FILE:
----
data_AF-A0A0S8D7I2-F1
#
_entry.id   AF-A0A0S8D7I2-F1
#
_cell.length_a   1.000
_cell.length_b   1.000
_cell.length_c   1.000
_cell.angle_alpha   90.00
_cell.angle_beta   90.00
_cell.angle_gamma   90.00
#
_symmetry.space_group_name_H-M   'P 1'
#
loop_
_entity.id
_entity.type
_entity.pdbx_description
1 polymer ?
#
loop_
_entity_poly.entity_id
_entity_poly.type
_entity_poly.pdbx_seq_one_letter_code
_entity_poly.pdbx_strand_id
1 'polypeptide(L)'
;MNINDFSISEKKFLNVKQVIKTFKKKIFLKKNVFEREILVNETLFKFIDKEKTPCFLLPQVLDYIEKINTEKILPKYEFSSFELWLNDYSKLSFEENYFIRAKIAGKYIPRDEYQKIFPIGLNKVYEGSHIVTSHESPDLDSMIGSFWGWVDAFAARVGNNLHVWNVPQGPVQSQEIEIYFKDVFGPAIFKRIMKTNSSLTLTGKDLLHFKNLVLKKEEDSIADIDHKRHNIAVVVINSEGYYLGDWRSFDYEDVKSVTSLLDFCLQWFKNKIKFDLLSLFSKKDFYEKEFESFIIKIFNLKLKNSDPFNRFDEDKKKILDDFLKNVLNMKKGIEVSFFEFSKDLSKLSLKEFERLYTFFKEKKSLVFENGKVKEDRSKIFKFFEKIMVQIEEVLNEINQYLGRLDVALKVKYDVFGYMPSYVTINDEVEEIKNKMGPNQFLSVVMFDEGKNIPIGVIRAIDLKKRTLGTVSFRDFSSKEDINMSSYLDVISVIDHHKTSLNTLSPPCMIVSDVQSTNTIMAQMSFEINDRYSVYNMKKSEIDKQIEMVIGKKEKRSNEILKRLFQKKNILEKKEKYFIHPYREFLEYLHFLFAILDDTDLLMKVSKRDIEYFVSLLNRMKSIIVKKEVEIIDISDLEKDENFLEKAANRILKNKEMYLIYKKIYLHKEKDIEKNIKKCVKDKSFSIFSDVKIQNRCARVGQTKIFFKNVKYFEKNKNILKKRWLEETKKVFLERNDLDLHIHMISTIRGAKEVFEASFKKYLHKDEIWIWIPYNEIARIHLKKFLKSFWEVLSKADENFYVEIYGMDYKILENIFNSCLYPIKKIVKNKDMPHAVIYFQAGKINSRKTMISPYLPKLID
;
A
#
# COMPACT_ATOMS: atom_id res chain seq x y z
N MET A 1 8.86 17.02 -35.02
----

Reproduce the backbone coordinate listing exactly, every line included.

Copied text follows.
data_AF-A0A0S8D7I2-F1
#
_entry.id   AF-A0A0S8D7I2-F1
#
_cell.length_a   1.000
_cell.length_b   1.000
_cell.length_c   1.000
_cell.angle_alpha   90.00
_cell.angle_beta   90.00
_cell.angle_gamma   90.00
#
_symmetry.space_group_name_H-M   'P 1'
#
loop_
_entity.id
_entity.type
_entity.pdbx_description
1 polymer ?
#
loop_
_entity_poly.entity_id
_entity_poly.type
_entity_poly.pdbx_seq_one_letter_code
_entity_poly.pdbx_strand_id
1 'polypeptide(L)'
;MNINDFSISEKKFLNVKQVIKTFKKKIFLKKNVFEREILVNETLFKFIDKEKTPCFLLPQVLDYIEKINTEKILPKYEFSSFELWLNDYSKLSFEENYFIRAKIAGKYIPRDEYQKIFPIGLNKVYEGSHIVTSHESPDLDSMIGSFWGWVDAFAARVGNNLHVWNVPQGPVQSQEIEIYFKDVFGPAIFKRIMKTNSSLTLTGKDLLHFKNLVLKKEEDSIADIDHKRHNIAVVVINSEGYYLGDWRSFDYEDVKSVTSLLDFCLQWFKNKIKFDLLSLFSKKDFYEKEFESFIIKIFNLKLKNSDPFNRFDEDKKKILDDFLKNVLNMKKGIEVSFFEFSKDLSKLSLKEFERLYTFFKEKKSLVFENGKVKEDRSKIFKFFEKIMVQIEEVLNEINQYLGRLDVALKVKYDVFGYMPSYVTINDEVEEIKNKMGPNQFLSVVMFDEGKNIPIGVIRAIDLKKRTLGTVSFRDFSSKEDINMSSYLDVISVIDHHKTSLNTLSPPCMIVSDVQSTNTIMAQMSFEINDRYSVYNMKKSEIDKQIEMVIGKKEKRSNEILKRLFQKKNILEKKEKYFIHPYREFLEYLHFLFAILDDTDLLMKVSKRDIEYFVSLLNRMKSIIVKKEVEIIDISDLEKDENFLEKAANRILKNKEMYLIYKKIYLHKEKDIEKNIKKCVKDKSFSIFSDVKIQNRCARVGQTKIFFKNVKYFEKNKNILKKRWLEETKKVFLERNDLDLHIHMISTIRGAKEVFEASFKKYLHKDEIWIWIPYNEIARIHLKKFLKSFWEVLSKADENFYVEIYGMDYKILENIFNSCLYPIKKIVKNKDMPHAVIYFQAGKINSRKTMISPYLPKLID
;
A
#
# COMPACT_ATOMS: atom_id res chain seq x y z
N MET A 1 8.86 17.02 -35.02